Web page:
You Are Safe | Erica McKeehen

Sunday is full of empty rituals, but now, as a single woman living alone in the big city, mine include drinking endless cups of coffee and succumbing to exhausting bouts of soul searching while fulfilling a variety of standard domestic activities. I’ll do some laundry and wash some dishes and sit in the silence of my third floor apartment and feel no shame. There’s no one to watch over me or out for me. There’s no one to tell me that I’m wrong, that they know better, that I’ve made my choices and now I have to sit with them and wait until everything feels better and different.

When I was younger, my dad always said he had eyes in the back of his head. And I reluctantly believed him. Just like I believed that shaking a gallon of milk before pouring it made it taste better. Just like I believed that Courtney Love killed Kurt Cobain. Just like I believed that brunettes were more attractive than blondes and that a woman’s long, straight hair was her best asset. Just like I believed that mom was never ever right or any fun at all—she was always five fucking hundred million miles away. My dad would sit in front of the TV on Sunday afternoons and loudly support his losing football team while also knowing, without looking, when Shannon and I were acting recklessly on the front porch behind him. Sitting on the wobbly banister or chipping away at the old paint with our fingernails. Or fraternizing with the boys and girls across the street. He didn’t need to see it to know that we were wrong and he was right. When learning that I had concocted an elaborate lie to tell my second grade teacher in order to avoid lunch-time detention, he scolded me quietly, sitting up in his blue recliner, his sad brown eyes fixed in utter disappointment that his perfect straight-A daughter was, in fact, deceptive—an ornery little sneak, just like him. And despite the hours of scrubbing to erase my clumsy mistake, he yelled to the top of his smoke-filled lungs after me when a bottle of my red nail polish spilled over into the cream-colored bath tub at age nine. I should’ve never tried painting my nails in the house because he hated the toxic smell and the idea of me trying to grow up too quickly. He saw behind closed doors and threw tantrums when I started dating boys with long curly rock-and-roll hair. He hated when I wore my dark blue eyeshadow and looked so utterly depressive, whoreish, and typical. He hated when I stopped eating meat, and when I cut my long hair shorter and shorter and totally abandoned my best asset. He fumed and fussed about when I wanted to drive his old car to school for an ounce more of independence. He hated how I stole his old CDs and tucked them away, not so secretly, into my own collection, like an ornery little sneak. He didn’t listen to them anymore and he had too many CDs. He hated that, as I grew older, I always had to be right and fought him to the bloody and bitter end to prove the pettiest points—because he was always right. And he had eyes in the back of his head.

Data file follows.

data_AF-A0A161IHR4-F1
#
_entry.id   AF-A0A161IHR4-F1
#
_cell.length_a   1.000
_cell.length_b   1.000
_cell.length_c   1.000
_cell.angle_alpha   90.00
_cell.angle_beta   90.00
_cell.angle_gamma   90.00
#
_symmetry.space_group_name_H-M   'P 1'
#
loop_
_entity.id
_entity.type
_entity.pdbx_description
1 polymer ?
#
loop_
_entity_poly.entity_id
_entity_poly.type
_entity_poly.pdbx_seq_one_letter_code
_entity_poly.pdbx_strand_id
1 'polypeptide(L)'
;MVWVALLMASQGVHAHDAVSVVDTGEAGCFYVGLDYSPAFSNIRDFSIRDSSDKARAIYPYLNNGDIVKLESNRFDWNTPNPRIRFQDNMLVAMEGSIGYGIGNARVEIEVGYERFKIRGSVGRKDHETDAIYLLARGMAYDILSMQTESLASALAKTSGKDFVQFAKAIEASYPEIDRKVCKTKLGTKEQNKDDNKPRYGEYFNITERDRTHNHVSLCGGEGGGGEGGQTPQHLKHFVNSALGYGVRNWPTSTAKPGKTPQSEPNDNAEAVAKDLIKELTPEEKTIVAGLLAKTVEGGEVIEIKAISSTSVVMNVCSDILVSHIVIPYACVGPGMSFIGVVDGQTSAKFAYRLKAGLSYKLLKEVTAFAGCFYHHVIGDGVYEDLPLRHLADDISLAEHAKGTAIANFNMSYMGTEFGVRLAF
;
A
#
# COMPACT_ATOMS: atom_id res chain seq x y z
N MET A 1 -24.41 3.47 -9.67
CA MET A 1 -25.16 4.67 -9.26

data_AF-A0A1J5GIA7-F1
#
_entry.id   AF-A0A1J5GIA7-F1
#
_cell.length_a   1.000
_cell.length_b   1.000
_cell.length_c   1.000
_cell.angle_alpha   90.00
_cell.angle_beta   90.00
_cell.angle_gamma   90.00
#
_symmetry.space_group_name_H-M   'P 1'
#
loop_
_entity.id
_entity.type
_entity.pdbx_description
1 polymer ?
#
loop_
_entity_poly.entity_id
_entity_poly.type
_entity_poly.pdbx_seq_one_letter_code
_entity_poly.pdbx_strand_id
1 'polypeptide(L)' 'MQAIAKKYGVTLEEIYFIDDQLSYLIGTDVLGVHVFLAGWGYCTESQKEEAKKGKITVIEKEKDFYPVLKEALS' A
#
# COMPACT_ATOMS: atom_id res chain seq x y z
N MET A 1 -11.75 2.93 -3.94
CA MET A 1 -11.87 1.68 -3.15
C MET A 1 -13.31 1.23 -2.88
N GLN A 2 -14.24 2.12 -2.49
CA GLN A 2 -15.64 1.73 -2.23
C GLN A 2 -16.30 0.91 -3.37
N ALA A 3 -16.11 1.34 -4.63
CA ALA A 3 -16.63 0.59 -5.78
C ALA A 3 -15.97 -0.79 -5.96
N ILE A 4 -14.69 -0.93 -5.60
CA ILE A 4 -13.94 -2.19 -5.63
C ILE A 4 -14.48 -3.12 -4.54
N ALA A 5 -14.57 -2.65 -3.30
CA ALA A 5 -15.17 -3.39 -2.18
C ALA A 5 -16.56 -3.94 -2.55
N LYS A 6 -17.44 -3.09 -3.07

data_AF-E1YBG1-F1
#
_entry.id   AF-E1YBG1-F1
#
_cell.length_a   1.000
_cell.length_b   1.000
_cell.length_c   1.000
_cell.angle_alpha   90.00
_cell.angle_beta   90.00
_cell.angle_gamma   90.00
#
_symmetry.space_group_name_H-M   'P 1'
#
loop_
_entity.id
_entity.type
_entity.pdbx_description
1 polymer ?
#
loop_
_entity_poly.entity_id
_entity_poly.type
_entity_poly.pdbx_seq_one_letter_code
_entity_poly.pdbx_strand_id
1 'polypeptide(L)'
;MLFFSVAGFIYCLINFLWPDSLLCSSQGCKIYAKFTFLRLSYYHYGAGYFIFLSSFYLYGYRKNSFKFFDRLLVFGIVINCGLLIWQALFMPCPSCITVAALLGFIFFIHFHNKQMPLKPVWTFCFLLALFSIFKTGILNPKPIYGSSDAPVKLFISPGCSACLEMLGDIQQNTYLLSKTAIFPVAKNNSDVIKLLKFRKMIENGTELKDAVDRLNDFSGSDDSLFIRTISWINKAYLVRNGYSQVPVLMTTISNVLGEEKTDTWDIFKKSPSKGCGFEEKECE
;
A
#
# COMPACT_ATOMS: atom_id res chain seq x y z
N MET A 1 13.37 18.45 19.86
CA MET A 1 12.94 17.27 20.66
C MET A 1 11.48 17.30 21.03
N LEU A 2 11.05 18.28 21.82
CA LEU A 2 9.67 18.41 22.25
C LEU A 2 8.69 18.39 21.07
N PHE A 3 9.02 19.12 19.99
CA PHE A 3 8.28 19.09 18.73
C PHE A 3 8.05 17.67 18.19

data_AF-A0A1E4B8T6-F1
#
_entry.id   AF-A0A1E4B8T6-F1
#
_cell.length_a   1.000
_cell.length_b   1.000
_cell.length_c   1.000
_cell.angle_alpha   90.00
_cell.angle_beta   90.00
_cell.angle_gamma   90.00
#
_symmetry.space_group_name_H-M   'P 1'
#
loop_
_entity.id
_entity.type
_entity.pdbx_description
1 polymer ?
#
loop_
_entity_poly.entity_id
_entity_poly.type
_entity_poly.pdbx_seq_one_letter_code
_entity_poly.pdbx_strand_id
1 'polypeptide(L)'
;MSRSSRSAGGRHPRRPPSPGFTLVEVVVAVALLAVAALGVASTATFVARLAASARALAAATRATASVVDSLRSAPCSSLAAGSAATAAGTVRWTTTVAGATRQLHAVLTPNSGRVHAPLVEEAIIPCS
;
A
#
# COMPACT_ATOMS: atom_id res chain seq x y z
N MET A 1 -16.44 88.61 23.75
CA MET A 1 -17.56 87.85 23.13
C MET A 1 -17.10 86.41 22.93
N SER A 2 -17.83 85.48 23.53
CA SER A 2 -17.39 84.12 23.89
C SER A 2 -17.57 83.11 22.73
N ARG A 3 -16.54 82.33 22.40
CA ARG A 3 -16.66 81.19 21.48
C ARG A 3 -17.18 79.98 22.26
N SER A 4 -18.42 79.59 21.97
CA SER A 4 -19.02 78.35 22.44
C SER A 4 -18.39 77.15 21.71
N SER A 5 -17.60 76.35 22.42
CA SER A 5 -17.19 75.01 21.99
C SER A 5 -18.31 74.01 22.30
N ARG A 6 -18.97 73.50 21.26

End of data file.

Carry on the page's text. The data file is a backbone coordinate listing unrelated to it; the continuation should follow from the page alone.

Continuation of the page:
Erica McKeehen is a photographer based in Chicago, IL, where she shoots weddings, portraits and city events. She is from small-town Bucyrus, OH, and she holds a degree in commercial photography from the School of Visual Communication at Ohio University.


Nonfiction for the restless soul. Published online quarterly.

One comment

  1. Knowing the woman who you turned out to be, I can say that all the trials and tribulations (and possible minor chicanery) of youth have somehow left behind only wisdom. Great story, beautiful writing, I’m glad I know you!

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